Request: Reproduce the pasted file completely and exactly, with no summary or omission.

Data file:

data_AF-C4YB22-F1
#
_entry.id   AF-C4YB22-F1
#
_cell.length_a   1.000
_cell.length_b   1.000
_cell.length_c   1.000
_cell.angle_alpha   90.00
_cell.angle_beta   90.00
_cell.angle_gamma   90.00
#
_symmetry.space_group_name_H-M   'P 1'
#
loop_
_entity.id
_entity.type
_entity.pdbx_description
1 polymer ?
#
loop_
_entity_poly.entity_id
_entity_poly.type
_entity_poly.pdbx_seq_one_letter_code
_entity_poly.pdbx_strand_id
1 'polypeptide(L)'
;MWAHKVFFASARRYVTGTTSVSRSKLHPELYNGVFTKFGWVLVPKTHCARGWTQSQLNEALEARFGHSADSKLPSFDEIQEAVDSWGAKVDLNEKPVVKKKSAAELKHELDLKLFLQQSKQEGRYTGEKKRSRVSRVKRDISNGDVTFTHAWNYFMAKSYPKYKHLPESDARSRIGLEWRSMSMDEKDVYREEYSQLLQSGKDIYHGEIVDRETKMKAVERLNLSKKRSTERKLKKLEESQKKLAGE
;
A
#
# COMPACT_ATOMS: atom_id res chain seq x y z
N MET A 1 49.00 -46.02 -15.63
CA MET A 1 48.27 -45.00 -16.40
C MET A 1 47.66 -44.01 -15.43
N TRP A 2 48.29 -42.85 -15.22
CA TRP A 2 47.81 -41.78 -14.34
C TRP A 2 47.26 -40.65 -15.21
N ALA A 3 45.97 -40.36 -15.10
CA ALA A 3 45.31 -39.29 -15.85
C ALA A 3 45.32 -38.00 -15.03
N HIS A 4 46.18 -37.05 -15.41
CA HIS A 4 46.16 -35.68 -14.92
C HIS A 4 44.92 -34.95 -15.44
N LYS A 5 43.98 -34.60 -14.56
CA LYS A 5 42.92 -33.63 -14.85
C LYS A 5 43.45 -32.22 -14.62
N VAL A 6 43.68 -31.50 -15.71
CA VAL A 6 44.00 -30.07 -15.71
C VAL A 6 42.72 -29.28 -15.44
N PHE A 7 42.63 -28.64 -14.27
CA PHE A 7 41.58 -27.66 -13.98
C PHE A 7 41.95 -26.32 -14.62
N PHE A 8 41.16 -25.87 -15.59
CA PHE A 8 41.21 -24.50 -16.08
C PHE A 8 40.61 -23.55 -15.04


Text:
data_AF-C4YB22-F1
#
_entry.id   AF-C4YB22-F1
#
_cell.length_a   1.000
_cell.length_b   1.000
_cell.length_c   1.000
_cell.angle_alpha   90.00
_cell.angle_beta   90.00
_cell.angle_gamma   90.00
#
_symmetry.space_group_name_H-M   'P 1'
#
loop_
_entity.id
_entity.type
_entity.pdbx_description
1 polymer ?
#
loop_
_entity_poly.entity_id
_entity_poly.type
_entity_poly.pdbx_seq_one_letter_code
_entity_poly.pdbx_strand_id
1 'polypeptide(L)'
;MWAHKVFFASARRYVTGTTSVSRSKLHPELYNGVFTKFGWVLVPKTHCARGWTQSQLNEALEARFGHSADSKLPSFDEIQEAVDSWGAKVDLNEKPVVKKKSAAELKHELDLKLFLQQSKQEGRYTGEKKRSRVSRVKRDISNGDVTFTHAWNYFMAKSYPKYKHLPESDARSRIGLEWRSMSMDEKDVYREEYSQLLQSGKDIYHGEIVDRETKMKAVERLNLSKKRSTERKLKKLEESQKKLAGE
;
A
#
# COMPACT_ATOMS: atom_id res chain seq x y z
N MET A 1 49.00 -46.02 -15.63
CA MET A 1 48.27 -45.00 -16.40
C MET A 1 47.66 -44.01 -15.43
N TRP A 2 48.29 -42.85 -15.22
CA TRP A 2 47.81 -41.78 -14.34
C TRP A 2 47.26 -40.65 -15.21
N ALA A 3 45.97 -40.36 -15.10
CA ALA A 3 45.31 -39.29 -15.85
C ALA A 3 45.32 -38.00 -15.03
N HIS A 4 46.18 -37.05 -15.41
CA HIS A 4 46.16 -35.68 -14.92
C HIS A 4 44.92 -34.95 -15.44
N LYS A 5 43.98 -34.60 -14.56
CA LYS A 5 42.92 -33.63 -14.85
C LYS A 5 43.45 -32.22 -14.62
N VAL A 6 43.68 -31.50 -15.71
CA VAL A 6 44.00 -30.07 -15.71
C VAL A 6 42.72 -29.28 -15.44
N PHE A 7 42.63 -28.64 -14.27
CA PHE A 7 41.58 -27.66 -13.98
C PHE A 7 41.95 -26.32 -14.62
N PHE A 8 41.16 -25.87 -15.59
CA PHE A 8 41.21 -24.50 -16.08
C PHE A 8 40.61 -23.55 -15.04